Whilst many parts of Northern Europe have been experiencing extreme heat, here at Bellaugello although hot, and above previous seasonal averages, our position on a hillside means a gentle breeze blows and we have not experienced the intense heat of France and Germany. We water the garden madly and spend any spare time climbing trees picking fruit which this year is abundant, whilst guests make the strenuous journey of forty paces from breakfast table to our infinity pool where they laze, relax and soak up the sun.
All too often our breakfast chats are of global warming, and how we can all help in small ways to do our bit to make changes for the better. I now look at every apparatus and every purchase to evaluate any impact on global warming. I do not have air conditioning. For several reasons; I do not like the hum of an a/c unit, it keeps me awake all night. The dry air produced only makes breathing more difficult. They are huge unsightly pieces of kit, and who knows how many times the parts have circulated the world before arriving at the shopping mall. More importantly to me it seems totally illogical to produce more energy – electricity (heat) to operate a machine to lower temperature. I read recently that 40% of a southern European city’s electricity consumption was accounted for by air conditioning units. This, if true, is a really sad indication of just how absurd our lifestyle has become.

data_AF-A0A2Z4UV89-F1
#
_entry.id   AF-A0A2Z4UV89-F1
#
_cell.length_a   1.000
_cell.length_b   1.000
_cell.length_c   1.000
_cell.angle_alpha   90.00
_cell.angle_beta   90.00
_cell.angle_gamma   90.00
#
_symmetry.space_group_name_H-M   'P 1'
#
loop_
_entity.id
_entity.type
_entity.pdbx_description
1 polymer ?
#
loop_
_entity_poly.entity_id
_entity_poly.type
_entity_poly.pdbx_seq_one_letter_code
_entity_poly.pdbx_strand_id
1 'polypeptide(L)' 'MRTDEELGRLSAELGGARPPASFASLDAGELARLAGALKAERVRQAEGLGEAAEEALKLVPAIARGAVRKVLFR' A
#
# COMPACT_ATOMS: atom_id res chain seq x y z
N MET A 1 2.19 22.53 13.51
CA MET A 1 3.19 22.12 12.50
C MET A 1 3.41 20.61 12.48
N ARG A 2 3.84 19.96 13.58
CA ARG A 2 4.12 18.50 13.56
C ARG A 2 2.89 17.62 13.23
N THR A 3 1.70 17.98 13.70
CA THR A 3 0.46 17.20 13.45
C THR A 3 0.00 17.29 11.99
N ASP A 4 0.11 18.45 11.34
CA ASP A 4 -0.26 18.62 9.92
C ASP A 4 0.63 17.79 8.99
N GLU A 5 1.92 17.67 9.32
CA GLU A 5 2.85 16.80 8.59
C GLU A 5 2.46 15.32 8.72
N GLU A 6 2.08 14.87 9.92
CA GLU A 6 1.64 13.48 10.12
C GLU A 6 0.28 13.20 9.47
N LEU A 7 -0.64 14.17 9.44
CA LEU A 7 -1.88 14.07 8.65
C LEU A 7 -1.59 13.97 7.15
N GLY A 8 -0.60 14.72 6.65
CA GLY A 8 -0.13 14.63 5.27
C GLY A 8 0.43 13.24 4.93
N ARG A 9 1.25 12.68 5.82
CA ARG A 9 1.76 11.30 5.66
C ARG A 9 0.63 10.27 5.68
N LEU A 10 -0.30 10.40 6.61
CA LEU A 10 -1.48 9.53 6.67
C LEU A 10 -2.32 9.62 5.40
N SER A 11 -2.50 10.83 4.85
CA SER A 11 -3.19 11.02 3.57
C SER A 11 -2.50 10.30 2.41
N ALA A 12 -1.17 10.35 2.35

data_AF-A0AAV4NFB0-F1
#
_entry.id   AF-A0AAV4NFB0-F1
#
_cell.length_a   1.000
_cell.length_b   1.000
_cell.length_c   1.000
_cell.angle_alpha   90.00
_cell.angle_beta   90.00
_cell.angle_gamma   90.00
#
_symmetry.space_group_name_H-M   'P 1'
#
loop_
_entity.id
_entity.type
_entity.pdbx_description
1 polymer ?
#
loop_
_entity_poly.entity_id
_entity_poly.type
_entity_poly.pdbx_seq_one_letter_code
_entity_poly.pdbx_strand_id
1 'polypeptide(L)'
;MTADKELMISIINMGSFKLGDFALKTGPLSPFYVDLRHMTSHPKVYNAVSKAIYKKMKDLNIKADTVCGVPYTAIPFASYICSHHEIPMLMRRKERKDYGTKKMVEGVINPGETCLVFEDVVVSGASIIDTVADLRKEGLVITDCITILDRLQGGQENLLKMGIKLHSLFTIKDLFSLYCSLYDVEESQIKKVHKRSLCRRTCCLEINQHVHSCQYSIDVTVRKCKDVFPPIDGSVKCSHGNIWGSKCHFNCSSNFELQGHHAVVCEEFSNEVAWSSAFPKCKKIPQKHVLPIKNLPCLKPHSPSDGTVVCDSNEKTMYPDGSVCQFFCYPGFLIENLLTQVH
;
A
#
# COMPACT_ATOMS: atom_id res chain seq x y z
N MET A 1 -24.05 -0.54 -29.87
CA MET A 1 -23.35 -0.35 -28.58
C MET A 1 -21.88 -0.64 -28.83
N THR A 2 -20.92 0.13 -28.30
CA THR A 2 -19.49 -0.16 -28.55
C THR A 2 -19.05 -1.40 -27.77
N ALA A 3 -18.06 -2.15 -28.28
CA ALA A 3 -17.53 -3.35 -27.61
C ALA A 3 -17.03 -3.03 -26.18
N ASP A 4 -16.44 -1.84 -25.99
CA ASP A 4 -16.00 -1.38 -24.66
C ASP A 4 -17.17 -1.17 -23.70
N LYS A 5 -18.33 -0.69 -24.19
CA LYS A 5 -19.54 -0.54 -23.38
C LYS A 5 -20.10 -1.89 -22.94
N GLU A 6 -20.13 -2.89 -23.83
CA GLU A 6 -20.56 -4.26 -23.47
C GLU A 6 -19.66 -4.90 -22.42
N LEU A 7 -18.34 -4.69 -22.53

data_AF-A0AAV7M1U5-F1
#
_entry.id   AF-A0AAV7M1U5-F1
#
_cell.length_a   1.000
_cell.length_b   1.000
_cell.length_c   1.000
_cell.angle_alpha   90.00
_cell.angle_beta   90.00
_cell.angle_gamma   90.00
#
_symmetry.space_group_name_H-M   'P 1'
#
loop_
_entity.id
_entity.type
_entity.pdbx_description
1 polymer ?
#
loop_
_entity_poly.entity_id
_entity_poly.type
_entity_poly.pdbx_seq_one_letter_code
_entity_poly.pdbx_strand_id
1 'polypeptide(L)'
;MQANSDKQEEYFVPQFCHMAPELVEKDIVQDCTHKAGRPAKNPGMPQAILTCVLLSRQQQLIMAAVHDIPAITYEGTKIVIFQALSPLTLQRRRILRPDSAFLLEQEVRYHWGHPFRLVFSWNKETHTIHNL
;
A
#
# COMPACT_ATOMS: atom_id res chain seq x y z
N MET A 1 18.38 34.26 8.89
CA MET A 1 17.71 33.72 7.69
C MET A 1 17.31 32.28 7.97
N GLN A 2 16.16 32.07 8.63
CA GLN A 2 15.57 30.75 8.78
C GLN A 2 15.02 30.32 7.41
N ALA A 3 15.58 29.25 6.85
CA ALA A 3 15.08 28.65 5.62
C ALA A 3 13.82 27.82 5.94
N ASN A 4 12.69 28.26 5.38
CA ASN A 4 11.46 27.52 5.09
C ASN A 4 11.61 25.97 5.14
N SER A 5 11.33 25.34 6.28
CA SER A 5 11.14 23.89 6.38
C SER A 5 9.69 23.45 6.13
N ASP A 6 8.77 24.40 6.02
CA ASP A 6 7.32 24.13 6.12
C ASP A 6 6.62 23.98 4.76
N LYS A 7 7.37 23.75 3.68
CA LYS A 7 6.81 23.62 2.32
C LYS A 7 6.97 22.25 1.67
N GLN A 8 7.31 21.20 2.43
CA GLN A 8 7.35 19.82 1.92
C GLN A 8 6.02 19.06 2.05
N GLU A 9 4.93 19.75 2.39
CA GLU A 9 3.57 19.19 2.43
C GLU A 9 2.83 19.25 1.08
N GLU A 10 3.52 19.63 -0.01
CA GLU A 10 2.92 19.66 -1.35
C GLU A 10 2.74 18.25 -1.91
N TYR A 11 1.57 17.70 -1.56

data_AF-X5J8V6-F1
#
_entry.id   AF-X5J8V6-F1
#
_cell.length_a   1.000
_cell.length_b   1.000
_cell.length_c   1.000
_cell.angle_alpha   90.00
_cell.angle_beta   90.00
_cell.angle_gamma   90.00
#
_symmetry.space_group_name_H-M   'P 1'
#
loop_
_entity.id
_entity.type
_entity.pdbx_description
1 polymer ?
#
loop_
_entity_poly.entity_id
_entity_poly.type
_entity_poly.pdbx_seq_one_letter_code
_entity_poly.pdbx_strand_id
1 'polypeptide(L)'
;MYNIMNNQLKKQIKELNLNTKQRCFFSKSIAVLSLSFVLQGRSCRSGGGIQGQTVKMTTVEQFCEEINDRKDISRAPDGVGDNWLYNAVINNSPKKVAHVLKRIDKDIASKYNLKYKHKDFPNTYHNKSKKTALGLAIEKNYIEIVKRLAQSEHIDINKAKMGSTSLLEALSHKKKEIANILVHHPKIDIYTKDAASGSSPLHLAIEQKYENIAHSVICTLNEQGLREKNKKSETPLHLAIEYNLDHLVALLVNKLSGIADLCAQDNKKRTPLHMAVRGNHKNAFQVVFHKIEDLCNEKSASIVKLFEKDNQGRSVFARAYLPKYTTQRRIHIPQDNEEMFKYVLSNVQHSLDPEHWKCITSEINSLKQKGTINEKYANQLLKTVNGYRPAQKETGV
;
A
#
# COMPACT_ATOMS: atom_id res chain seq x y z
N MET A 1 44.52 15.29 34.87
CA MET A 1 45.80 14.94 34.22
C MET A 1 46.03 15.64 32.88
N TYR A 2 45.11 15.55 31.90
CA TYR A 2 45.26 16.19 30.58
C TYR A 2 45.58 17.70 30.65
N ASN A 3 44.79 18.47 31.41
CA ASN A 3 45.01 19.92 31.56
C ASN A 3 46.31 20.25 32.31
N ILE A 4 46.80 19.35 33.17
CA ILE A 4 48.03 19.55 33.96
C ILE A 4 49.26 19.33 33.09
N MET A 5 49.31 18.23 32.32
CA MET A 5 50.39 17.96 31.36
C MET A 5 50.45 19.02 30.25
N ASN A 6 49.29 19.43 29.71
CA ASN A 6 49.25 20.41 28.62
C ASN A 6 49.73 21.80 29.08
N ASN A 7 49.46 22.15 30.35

So I return to Bellaugello. We are picking apricots, the trees are full and branches coloured rich orange, gold and red by the plump fruit. Last year we had one apricot, and it fell off the branch and rotted. This year the first tree produced delicious sharp if slightly unsightly fruit. The two venerable trees are now maturing and are so full of fruit. I ask everyone here to help themselves. We pick, I make jam, and am having to buy a new freezer. Yes, that damn heating to chill global warming question again…
I reach up and pluck, the fig tree is huge. There are so many I cannot get them all, but the birds and insects are happy. I cook with figs.
A couple of dinners ago I served figs stuffed with sharp tangy blue cheese and wrapped in local pancetta baked in the oven (global warming). The sweetness of the figs, sharpness of the cheese and saltiness of the pancetta a perfect combination. Our Bellaugello dinners are such a nice convivial way of eating they now replicated elsewhere. I am glad to be the catalyst. We sit together on our terrace under the stars, candlelight, flowers from the garden or hedgerow and local food, cooked in a local manner. The scent of lavender wafts gently on the breeze and guys from all over the world swap stories and friendships.
Daniela brought in a crate full of small golden plums from her garden. Boiled, softened, and de-stoned they have made another scrumptious marmalade put on the table for our daily breakfasts. I have a wild red plum tree that keeps looking at me and says ‘when are you going to pick my fruit?’ …domani!